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Twist in Alan Joyce’s $21m payday

Qantas Chief Alan Joyce
Alan Joyce has recieved an eyewatering salary this year as his tenure at the flying kangaroo comes to an end. Picture NCA NewsWire / Aaron Francis

Alan Joyce has received $21.4 million in pay for his role as Qantas chief as his time at the company comes to an end.

Qantas’ Annual Report for 2023 outlined that Mr Joyce would receive the eye watering sum for his work as chief executive in 2022-23 on Wednesday.

However, up to $14.4 million has been withheld as the company waits for more detail from an Australian Consumer and Competition Commission investigation.

Qantas Chief Alan Joyce
Mr Joyce will not receive all of his $21.4 million payday. Picture NCA NewsWire / Aaron Francis

However, up to $14.4 million has been withheld as the company waits for more detail from an Australian Consumer and Competition Commission investigation.

Qantas has faced intense scrutiny around executive remuneration as the flying kangaroo battles backlash from customers and the consumer watchdog’s investigation, with Mr Joyce’s salary in particular under the microscope.

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“In the case of Alan Joyce’s remuneration for FY23, in addition to $2.2 million in short term bonuses that have been withheld, a further $8.3 million of a total adjusted $21.4 million is subject to clawback should the Board determine that necessary,” Qantas group chairman Mr Goyder said after the announcement.

“When combined with additional long-term incentives already granted, a total of $14.4 million is subject to malus and clawback if considered necessary.”

QANTAS FALLOUT
Mr Joyce resigned from Qantas amid increasing pressure to resign. NCA Newswire / Gaye Gerard

The company posted a record $2.47 billion in underlying profit for the last financial year.

In his statement, Mr Goyder said short term incentives for senior executives had been reduced by 20 per cent for FY23 as the company struggles under waning public support.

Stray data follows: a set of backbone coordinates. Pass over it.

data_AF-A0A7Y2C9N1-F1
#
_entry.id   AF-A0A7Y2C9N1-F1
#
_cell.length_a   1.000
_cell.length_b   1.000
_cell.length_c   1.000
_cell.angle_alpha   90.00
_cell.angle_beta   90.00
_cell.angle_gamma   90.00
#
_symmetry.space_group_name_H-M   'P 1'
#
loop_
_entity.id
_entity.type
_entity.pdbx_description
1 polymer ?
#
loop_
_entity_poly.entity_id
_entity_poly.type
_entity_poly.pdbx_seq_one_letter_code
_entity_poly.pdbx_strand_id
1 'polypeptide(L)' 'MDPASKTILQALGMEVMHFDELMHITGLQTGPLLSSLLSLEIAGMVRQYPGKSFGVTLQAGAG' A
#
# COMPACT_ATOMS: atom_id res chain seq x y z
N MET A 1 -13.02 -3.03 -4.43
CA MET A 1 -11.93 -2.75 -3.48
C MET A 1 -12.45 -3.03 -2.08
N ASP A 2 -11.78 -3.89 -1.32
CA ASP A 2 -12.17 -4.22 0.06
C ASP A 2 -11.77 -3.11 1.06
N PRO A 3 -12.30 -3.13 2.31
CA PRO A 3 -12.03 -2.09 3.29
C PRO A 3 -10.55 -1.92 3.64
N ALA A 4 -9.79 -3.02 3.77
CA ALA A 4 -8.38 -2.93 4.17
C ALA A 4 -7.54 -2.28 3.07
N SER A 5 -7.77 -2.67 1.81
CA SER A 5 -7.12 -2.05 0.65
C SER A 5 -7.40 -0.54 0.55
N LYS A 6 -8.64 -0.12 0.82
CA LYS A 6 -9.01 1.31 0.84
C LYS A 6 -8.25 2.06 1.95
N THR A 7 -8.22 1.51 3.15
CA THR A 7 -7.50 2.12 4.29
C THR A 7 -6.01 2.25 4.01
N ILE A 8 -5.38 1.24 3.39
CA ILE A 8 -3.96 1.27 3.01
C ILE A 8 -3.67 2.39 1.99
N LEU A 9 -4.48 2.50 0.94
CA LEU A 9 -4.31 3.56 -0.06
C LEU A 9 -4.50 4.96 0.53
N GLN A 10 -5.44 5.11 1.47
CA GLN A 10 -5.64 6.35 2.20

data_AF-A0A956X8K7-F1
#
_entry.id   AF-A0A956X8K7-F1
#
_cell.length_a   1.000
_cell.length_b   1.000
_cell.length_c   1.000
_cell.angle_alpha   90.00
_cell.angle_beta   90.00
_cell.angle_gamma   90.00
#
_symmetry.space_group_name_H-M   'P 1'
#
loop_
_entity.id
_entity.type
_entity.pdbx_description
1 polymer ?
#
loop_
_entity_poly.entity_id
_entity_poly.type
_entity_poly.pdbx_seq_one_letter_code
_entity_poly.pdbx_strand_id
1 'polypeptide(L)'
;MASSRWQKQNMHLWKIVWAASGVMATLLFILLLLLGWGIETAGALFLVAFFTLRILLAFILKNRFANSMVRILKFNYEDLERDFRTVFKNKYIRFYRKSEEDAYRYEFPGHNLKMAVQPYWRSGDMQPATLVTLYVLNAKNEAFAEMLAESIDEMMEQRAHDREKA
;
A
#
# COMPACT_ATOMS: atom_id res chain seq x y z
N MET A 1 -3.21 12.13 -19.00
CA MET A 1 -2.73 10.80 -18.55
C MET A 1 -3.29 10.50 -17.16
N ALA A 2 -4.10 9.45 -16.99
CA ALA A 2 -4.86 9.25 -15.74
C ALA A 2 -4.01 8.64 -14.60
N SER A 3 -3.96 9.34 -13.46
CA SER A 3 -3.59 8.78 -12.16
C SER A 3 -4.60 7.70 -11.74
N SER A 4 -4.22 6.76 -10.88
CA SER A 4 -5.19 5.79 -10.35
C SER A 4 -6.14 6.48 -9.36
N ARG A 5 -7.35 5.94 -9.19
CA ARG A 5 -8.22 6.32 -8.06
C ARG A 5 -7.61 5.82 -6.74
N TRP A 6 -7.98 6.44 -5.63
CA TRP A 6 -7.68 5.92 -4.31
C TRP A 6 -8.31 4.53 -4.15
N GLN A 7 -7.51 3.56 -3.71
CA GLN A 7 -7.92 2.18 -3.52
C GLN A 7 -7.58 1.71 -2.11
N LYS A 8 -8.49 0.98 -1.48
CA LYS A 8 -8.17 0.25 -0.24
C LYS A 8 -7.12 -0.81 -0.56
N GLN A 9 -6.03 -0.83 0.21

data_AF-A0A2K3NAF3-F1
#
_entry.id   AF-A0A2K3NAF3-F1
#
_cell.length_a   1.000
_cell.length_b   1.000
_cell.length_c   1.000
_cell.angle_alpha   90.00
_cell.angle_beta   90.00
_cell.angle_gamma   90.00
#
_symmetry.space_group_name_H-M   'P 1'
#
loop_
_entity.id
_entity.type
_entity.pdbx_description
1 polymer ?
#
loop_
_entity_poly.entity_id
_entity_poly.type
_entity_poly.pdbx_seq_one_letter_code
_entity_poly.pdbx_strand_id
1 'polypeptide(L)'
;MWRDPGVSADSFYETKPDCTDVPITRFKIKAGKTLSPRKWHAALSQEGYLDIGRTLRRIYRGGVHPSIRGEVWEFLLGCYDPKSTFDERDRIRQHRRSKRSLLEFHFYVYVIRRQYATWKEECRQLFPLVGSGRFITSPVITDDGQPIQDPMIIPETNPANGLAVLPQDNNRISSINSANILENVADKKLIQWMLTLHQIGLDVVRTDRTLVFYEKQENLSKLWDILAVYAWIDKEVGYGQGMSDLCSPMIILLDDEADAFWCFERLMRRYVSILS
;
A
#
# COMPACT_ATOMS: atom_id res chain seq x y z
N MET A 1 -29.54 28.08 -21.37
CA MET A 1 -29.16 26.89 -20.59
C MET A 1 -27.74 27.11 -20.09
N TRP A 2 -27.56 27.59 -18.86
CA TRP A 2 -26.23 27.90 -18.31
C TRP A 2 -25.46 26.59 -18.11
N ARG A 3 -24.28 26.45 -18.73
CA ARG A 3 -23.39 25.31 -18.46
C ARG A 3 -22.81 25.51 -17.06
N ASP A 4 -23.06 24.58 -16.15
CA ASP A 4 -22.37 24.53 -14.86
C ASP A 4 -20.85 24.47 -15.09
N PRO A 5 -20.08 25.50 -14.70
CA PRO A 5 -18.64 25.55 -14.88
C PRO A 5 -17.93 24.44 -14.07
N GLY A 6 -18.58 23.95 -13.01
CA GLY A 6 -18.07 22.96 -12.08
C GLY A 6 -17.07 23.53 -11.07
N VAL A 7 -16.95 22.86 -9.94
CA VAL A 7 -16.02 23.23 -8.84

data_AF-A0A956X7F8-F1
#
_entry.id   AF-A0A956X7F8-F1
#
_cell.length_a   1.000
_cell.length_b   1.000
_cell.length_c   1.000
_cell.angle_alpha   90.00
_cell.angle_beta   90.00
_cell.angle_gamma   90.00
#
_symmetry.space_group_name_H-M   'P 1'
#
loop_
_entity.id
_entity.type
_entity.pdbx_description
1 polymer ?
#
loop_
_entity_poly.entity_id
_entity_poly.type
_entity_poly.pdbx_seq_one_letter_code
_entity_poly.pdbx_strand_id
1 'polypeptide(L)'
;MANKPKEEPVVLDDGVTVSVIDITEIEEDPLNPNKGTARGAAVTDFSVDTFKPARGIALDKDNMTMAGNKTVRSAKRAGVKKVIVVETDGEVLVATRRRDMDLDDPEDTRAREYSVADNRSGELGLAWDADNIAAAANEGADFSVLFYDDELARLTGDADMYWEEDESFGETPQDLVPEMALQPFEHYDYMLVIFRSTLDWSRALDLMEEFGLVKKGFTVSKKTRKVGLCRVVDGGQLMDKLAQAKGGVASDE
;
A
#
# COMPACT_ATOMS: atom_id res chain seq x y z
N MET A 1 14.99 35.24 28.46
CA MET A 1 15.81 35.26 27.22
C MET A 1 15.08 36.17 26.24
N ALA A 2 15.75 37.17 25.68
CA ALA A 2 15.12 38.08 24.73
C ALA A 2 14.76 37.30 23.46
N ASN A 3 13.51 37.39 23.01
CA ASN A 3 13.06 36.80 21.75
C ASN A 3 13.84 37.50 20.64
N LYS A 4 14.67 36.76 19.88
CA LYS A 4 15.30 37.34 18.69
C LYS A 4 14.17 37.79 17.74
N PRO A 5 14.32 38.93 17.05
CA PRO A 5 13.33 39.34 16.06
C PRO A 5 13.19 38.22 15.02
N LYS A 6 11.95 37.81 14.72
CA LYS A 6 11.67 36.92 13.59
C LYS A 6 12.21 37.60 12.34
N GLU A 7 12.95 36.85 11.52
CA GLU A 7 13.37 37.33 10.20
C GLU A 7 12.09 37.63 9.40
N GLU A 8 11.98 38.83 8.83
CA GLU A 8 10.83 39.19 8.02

“While the ACCC’s recent allegations are untested, the Board understands shareholder and community concerns about them coinciding with significant executive pay outcomes,” he said.

“As part of good governance, after applying the 20 per cent reduction, the Board will withhold the balance of the FY23 short term incentive for senior executives while this matter progresses.”

Mr Joyce brought forward his retirement by two months, announcing he would step aside so new chief executive Vanessa Hudson could take the reigns.

He had served as Qantas chief since 2008 and had been a part of the company for 22 years.

Qantas Chief Alan Joyce
MELBOURNE, AUSTRALIA - Newswire Photos August 28, 2023: Qantas CEO Alan Joyce during a senate hearing into the cost of living. Picture NCA NewsWire / Aaron Francis

“In the last few weeks, the focus on Qantas and events of the past make it clear to me that the company needs to move ahead with its renewal as a priority,” he said in early September.

“The best thing I can do under these circumstances is to bring forward my retirement and hand over to Vanessa [Hudson] and the new management team now, knowing they will do an excellent job.

Qantas’ standing with the public has taken a battering in recent weeks, with soaring rates of customer dissatisfaction with the airline about stubbornly high airfares and its refusal to hand back jobkeeper funds to the government after posting its record profit.

New chief executive Vanessa Hudson is expected to apologise to nearly 1700 workers that were sacked by Qantas during the pandemic.

It comes after the High Court ruled 7-0 last week that Qantas illegally sacked the 1683 baggage handlers and cleaners in 2020.

The company outsourced the jobs as the aviation behemoth confronted a sharp drop-off in business.

On Tuesday the airline was labelled the most aggressive carrier in the country by Sydney Airport chief Geoff Culbert, who told a Senate hearing that it had a “strong presence” in Canberra.

QANTAS HQ JOYCE
New chief executive Vanessa Hudson is expected to apologise to nearly 1700 workers that were sacked by Qantas during the pandemic after the High Court found that their dismissal was illegal. NCA NewsWire / Damian Shaw

“It’s no surprise to anyone if I said that they always had a strong presence in Canberra [...] and they are a robust counterparty for us to negotiate with,” he said.

The relationship between Mr Joyce and Prime Minister Anthony Albanese has been drawn into question after the government decided that it would block extra flights from Qatar airways into Australia.

The inquiry heard increasing airfares also could have dropped by 10 per cent if the federal government hadn’t rejected the bid.

Airline Intelligence and Research chief executive Tony Webber said ticket prices would have dropped “between 7 and 10 per cent” if Transport Minister Catherine King granted Qatar Airways bid for 21 extra flight services in July.